By Jennifer Earl
Published December 03, 2018
Meryl Streep describes herself as a "man-eating feminist," and she's hungry for change. The actress has been outspoken about her disapproval of President Trump and his administration in recent years — especially when she's given the opportunity to address an audience.
Streep's public feud with Trump started in January 2017 — just days before he was slated to officially be sworn into office — when the actress took to the microphone during the Golden Globes to express her disappointment in the outcome of the 2016 presidential election.
Here's a look at some of her most politically-charged comments since then.
In early December, at a fundraiser hosted by late-night host Stephen Colbert in New Jersey, the 69-year-old once again used her platform to wonder aloud about the president's behavior should his family be threatened by ongoing investigations.
The actress was introduced by Colbert as the "greatest living actor of our generation," though the comedian — an outspoken Trump critic — quickly added she was also once called "one of the most overrated actresses in Hollywood" by Trump.
“I’m scared by [Trump],” Streep told an audience of nearly 3,000 on Dec. 1. “By his possibility. I empathize with him. I can’t imagine what his 3 a.m. is like. There is a gathering storm. Everybody feels it. He feels it. His children are in jeopardy and I feel that. I think, what if my children were jeopardy? I would do anything. Anything! To get them out of trouble. So we should be afraid.”
In December 2017, shortly after her Golden Globes speech went viral, Streep clarified to Buzzfeed News that she doesn't intend to become the face of the anti-Trump movement. She said she's "actually shy," so she doesn't feel comfortable leading what many refer to as the "resistance."
"It's affected my life because I don't really — I don't want to be that. I don't want to be that," Streep told the site. "I'm a really private person ... so it's hard for me to do all this stuff."
Once again, Streep suggested her "The Post" costar, Tom Hanks, should consider running against Trump in 2020.
"I mean really, this guy, there really is no one who knows more about history, statesmanship. No, seriously, it's true!" she said during a panel hosted by Buzzfeed in New York City.
Streep demanded the first lady and Trump's oldest daughter, Ivanka, speak out amid the "Me Too" movement in January 2018.
Admittedly, Streep previously told Fox News she didn't immediately denounce disgraced film mogul Harvey Weinstein because she "did not know about Weinstein's crimes."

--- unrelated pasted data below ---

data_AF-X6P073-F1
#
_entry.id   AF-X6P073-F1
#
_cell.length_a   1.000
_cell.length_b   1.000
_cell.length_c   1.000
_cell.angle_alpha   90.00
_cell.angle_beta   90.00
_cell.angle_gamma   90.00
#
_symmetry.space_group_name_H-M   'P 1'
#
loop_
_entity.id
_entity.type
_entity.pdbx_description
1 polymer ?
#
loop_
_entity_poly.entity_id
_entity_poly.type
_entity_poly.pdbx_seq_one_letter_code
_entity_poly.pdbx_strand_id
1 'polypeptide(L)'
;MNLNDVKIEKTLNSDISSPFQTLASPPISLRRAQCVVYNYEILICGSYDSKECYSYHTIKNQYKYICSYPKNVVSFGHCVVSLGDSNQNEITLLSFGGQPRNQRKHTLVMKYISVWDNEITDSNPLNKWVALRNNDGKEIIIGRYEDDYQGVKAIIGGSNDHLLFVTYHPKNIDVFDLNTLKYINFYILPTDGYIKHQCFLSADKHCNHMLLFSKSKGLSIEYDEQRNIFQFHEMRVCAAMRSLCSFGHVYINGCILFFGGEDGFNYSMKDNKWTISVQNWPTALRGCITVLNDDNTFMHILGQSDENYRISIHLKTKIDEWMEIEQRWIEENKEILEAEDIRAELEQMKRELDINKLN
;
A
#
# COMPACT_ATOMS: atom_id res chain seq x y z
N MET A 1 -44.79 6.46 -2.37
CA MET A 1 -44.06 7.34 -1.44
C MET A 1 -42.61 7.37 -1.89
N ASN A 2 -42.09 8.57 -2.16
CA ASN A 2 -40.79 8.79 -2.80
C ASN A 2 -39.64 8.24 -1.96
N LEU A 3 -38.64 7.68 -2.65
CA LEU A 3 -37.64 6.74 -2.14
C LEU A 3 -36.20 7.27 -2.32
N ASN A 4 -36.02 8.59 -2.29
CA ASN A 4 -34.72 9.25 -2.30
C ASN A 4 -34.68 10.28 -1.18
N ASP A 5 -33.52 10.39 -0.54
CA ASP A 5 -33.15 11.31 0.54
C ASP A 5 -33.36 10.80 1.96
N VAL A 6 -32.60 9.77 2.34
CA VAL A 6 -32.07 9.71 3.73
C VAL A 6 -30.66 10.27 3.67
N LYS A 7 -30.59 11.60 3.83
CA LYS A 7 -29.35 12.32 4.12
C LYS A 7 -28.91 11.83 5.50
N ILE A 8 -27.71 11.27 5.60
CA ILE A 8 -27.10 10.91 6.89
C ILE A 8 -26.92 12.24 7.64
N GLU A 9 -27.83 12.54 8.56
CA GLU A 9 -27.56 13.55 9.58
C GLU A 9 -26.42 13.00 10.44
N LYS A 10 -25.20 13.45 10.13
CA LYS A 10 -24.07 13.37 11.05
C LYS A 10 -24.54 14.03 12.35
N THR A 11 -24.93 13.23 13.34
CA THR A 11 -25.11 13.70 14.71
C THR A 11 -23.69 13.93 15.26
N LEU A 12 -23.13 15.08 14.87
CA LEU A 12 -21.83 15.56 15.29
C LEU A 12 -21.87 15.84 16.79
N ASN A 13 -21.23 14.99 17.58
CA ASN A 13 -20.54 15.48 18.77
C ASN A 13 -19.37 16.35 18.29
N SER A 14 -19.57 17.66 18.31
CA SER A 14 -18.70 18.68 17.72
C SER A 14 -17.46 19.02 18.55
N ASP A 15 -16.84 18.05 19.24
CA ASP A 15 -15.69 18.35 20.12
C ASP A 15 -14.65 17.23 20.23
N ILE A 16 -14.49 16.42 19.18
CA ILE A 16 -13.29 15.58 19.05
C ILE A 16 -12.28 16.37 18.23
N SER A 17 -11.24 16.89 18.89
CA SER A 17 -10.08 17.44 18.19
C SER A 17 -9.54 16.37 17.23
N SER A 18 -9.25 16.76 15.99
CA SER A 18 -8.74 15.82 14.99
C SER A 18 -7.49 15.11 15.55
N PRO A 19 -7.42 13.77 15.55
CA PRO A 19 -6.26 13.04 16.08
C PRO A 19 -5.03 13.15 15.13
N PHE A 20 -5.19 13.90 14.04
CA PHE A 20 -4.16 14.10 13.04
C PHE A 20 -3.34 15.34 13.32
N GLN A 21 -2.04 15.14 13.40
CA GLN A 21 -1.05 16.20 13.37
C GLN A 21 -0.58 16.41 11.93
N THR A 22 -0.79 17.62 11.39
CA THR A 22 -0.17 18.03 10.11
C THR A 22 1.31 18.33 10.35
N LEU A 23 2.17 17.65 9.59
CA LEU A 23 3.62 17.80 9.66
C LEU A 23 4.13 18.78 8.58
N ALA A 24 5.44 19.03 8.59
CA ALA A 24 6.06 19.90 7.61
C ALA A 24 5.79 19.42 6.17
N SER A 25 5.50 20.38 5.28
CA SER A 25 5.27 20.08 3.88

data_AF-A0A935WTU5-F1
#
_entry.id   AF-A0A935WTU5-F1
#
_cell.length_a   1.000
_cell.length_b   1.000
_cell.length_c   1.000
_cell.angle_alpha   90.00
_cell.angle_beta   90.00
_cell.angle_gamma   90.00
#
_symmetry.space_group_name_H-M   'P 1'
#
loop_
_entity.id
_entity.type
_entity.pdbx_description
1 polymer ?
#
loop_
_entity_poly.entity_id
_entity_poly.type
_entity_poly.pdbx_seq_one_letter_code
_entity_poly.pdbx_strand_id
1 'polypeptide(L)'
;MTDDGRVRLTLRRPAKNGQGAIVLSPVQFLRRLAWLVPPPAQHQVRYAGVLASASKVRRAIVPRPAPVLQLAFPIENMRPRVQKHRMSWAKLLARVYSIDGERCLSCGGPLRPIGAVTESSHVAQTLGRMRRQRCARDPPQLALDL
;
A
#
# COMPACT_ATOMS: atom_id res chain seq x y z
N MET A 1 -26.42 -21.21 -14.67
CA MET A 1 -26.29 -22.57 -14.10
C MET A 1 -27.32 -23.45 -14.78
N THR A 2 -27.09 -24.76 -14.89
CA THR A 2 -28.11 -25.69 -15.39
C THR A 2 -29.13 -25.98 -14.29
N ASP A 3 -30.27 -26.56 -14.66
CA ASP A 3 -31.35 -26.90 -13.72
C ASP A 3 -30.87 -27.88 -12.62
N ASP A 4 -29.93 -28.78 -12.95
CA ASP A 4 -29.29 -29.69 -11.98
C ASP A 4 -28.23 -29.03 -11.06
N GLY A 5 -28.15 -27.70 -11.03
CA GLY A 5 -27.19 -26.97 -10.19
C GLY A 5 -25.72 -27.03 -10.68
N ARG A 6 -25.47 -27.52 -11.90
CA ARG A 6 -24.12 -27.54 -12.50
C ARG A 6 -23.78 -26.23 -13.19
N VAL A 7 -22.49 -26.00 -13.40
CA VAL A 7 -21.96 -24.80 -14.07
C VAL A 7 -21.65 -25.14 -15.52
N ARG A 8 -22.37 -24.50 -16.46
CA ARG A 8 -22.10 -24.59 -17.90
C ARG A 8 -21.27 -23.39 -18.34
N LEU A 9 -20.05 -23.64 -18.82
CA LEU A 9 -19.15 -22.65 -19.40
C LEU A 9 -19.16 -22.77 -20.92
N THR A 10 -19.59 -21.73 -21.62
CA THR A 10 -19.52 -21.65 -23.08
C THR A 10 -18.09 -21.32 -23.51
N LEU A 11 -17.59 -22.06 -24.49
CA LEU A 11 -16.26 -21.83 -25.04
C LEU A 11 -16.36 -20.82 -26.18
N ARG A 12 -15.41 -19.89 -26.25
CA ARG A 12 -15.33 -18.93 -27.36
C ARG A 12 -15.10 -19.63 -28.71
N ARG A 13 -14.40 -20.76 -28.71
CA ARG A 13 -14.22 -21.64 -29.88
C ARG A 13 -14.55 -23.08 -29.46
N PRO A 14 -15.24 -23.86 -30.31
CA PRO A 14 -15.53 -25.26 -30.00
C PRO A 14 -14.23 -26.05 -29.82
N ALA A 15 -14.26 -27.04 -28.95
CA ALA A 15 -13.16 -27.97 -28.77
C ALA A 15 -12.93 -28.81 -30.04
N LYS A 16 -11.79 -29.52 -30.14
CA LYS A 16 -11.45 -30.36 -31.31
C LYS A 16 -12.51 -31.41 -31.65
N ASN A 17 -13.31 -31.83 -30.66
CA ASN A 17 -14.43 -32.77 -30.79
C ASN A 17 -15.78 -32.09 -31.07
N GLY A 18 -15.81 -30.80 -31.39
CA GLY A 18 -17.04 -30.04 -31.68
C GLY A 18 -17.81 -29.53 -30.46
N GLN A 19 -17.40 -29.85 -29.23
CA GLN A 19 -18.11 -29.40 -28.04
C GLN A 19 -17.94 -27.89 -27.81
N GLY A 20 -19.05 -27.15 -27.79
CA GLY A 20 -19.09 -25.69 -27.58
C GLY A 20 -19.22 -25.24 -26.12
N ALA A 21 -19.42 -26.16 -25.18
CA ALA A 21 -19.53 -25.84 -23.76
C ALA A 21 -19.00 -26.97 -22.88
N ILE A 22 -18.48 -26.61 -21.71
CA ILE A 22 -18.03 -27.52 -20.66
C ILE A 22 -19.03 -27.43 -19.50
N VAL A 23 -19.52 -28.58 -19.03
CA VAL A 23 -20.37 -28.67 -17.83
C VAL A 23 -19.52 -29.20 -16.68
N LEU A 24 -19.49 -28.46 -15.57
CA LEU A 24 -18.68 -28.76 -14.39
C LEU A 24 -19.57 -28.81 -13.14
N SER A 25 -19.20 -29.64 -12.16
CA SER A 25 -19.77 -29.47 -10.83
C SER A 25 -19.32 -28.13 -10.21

“I wasn’t deliberately silent. I didn’t know. I don’t tacitly approve of rape. I didn’t know. I don’t like young women being assaulted. I didn’t know this was happening,” Streep said in a statement.
When a reporter from The New York Times pressed Streep on her response to people "waiting" for her to speak out about Weinstein, Streep turned the attention on the first family.
"I don’t want to hear about the silence of me. I want to hear about the silence of Melania Trump. I want to hear from her. She has so much that’s valuable to say. And so does Ivanka. I want her to speak now," she told the newspaper.
During the 74th annual Golden Globes, Streep was named the winner of the Cecil B. DeMille Award. As she accepted her prize, the star urged members of the media to hold Trump accountable for his words and actions. And she slammed him for his behavior on the campaign trail, specifically toward journalists.
"This instinct to humiliate, when it's modeled by someone in the public platform, by someone powerful, it filters down into everybody's life, because it kinda gives permission for other people to do the same thing," Streep said. "Disrespect invites disrespect; violence incites violence. And when the powerful use their position to bully others, we all lose."
Streep's speech infuriated Trump, who called her "one of the most overrated actresses in Hollywood" and a "Hillary flunky who lost big" on Twitter.
Streep sarcastically responded to Trump's remarks nearly a month later during a speech at the Human Rights Campaign Greater New York Gala.
“Yes, I am the most overrated, over-decorated, and currently, over-berated actress ... of my generation,” she quipped to the crowd, according to Vanity Fair. “But that is why you invited me here! Right?”